'Golf Can't Afford To Lose Juniors Because Of Nonsensical Rules That Were Made In The 1920s' – Why We Have To Accept Changing Dress Codes If We Want The Sport To Grow

We speak to Chris Straine, a father of three junior golfers, about the differing attitudes towards dress codes and youngsters that his children have faced while learning the game

junior golfers
Do we need to relax golf's dress code to attract more juniors?
(Image credit: Getty Images)

Golf has a unique ability to shoot itself in the foot. Of course, the history and traditions of the game have to be respected, but I can’t think of another sport that’s more resistant to change. Some clubs still insist on jacket and tie, and that’s absolutely fine, but we must accept fashion is evolving all the time and that will inevitably spill over into the golf space. 

Disdainful looks when someone turns up to the first tee dressed in a hoodie or casual golf joggers aren’t uncommon. Often, it’s more fashion-conscious youngsters who choose to wear such attire, which does nothing to dispel the notion that golf struggles to nurture the next generation. I’m sure we’ve all seen glares from older club members directed towards junior golfers who are simply finding their way. 

It’s something that Chris Straine, father of three boys aged six, 11 and 14, is all too familiar with. His story shines a light on the positive work that is being done to encourage youngsters, but, as is often the case with golf, it’s offset by distasteful experiences elsewhere.  

“My son Murray is 14 years old and recently, a few of his friends have shown an interest and started going along for a game with him. We spoke to the club where we are members and the pro could not have been more welcoming. He encouraged my son to bring his friends on whenever he could at a guest rate and just asked to let him know when they wanted to play. He was delighted to see juniors out enjoying the game. He even lent one of the boys some clubs to make up his full set,” says Chris.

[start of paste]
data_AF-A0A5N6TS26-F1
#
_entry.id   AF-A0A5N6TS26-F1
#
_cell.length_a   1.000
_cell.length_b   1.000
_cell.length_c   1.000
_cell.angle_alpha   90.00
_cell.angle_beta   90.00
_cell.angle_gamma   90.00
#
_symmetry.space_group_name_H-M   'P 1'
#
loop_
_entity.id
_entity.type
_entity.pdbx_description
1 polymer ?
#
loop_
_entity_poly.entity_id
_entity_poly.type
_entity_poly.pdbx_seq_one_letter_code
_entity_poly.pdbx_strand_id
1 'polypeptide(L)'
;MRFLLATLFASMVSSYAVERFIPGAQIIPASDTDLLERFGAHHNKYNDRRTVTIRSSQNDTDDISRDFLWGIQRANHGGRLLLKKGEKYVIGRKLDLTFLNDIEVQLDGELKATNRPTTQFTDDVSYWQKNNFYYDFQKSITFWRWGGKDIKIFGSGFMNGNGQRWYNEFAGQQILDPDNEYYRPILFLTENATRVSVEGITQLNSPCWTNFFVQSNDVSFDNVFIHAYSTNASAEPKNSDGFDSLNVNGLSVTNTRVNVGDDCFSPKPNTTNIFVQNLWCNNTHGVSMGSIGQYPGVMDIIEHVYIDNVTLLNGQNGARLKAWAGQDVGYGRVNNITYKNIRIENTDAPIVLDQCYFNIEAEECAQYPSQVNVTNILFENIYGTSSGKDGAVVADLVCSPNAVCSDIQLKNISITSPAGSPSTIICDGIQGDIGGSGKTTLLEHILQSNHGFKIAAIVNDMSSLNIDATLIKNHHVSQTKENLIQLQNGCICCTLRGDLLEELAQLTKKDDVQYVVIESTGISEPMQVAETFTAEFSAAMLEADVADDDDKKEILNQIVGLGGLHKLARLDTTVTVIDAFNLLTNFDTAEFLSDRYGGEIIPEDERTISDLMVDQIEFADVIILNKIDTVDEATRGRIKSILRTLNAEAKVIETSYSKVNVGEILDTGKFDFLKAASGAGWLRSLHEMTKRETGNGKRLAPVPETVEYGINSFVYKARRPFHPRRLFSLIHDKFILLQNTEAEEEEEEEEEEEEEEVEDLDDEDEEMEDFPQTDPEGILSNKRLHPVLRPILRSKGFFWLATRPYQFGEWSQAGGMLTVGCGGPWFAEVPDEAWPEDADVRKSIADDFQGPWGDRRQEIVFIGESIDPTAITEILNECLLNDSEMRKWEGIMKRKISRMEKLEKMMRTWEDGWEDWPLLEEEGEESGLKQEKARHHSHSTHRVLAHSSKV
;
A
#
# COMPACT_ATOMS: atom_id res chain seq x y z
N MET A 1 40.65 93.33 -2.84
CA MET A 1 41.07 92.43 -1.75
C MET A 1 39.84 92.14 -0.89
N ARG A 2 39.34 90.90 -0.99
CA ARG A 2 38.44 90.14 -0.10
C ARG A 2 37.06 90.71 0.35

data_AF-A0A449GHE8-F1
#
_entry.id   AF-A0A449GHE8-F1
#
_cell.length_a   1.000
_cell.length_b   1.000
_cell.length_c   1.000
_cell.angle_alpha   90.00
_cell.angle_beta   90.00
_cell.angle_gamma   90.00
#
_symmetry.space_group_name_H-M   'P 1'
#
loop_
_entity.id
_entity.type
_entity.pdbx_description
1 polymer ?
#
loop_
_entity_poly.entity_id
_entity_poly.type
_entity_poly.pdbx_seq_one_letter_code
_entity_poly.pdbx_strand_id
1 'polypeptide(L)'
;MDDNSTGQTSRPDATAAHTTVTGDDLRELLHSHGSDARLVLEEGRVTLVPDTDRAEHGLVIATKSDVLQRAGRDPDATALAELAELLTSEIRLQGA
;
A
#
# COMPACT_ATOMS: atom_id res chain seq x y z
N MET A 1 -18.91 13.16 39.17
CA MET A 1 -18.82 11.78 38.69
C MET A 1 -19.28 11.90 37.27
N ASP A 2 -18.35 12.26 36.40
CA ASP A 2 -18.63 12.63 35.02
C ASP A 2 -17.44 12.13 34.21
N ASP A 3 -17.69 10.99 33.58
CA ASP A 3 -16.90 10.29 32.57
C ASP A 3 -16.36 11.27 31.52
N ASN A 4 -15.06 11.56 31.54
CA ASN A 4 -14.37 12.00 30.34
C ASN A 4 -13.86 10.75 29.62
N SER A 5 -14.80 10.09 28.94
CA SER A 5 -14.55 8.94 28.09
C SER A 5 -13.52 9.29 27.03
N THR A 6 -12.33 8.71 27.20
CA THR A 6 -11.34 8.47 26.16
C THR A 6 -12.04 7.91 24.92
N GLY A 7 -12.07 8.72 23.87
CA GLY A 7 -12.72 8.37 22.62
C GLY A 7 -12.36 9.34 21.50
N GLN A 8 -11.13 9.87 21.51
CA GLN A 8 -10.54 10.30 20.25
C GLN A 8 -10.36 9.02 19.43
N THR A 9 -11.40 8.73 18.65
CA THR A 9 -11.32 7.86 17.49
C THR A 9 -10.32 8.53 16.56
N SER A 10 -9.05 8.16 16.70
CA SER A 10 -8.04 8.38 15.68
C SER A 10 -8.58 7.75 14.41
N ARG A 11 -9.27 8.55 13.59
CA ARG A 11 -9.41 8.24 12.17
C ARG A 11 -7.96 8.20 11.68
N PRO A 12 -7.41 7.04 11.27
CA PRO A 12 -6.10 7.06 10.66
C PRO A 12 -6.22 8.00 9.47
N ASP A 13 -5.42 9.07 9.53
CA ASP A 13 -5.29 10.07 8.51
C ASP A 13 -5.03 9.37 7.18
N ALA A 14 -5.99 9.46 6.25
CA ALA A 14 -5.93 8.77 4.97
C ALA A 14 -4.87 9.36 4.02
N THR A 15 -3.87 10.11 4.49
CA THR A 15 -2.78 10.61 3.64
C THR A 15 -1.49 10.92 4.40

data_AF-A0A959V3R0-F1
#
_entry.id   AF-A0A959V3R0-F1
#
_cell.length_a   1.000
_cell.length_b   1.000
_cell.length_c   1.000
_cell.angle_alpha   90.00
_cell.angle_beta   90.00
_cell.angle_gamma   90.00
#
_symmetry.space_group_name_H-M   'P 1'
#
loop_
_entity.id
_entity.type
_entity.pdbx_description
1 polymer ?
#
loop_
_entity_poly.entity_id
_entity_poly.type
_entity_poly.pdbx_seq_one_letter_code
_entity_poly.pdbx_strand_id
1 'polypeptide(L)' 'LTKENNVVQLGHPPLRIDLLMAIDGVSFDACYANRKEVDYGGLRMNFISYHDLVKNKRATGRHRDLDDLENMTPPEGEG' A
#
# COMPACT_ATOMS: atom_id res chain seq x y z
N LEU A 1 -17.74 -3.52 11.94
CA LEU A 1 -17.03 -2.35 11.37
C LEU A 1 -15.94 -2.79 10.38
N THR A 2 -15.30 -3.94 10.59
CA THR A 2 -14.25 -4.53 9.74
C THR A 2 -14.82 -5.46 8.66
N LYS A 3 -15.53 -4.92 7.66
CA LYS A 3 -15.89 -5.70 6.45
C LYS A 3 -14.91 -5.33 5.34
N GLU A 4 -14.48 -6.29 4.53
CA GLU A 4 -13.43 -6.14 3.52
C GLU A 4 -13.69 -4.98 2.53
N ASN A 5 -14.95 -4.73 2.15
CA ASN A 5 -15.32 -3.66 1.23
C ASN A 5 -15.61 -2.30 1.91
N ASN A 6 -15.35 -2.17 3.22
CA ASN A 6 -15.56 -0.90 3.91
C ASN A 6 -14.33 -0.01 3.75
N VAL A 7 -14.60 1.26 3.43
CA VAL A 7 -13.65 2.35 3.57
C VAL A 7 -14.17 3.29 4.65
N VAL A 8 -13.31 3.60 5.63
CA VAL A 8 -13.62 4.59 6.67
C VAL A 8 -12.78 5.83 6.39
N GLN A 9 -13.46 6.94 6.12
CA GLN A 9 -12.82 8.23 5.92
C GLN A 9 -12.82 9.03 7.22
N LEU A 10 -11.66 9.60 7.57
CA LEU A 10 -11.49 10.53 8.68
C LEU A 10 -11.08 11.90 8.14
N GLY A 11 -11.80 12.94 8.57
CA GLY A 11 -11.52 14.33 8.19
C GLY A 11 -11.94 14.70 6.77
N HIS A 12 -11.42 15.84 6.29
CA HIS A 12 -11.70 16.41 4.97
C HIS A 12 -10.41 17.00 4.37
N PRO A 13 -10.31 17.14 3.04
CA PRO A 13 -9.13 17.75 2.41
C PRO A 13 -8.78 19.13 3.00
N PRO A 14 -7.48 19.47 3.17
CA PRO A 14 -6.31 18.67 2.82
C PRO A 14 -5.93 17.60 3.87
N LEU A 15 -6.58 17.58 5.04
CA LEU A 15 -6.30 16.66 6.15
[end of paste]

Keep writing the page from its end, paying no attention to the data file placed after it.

junior golfers

It's great to see junior golfers enjoying the game

(Image credit: Getty Images)

A Different Approach

“But last week, my son went to play at a different course where a friend has recently become a member. He was confronted by the pro on the 1st tee advising him he wasn’t dressed appropriately but he would let him play “on this occasion”. My son was wearing an Adidas golf hoodie and Nike golf joggers with proper golf shoes, not denim and a football top. Wow, what a welcome! Even more disturbing was that his friend’s father then got an email from the pro some days later advising if his son was bringing friends on to remind them about the dress code of the club.”

Sadly, this story is probably one that’s familiar to other parents who are trying to introduce their children to the sport. More traditional golfers often associate what they deem to be ‘sloppy’ dress codes with bad behaviour and etiquette, but most of the time that leap isn’t justified.

“My boys know how to behave on the golf course. They know to let adults through ahead of them, respect other people on the course, repair their pitch marks and so on. What they choose to wear has nothing to do with that. And, for the record, I’m absolutely not proposing that youngsters go around wearing jeans and football shirts” says Chris.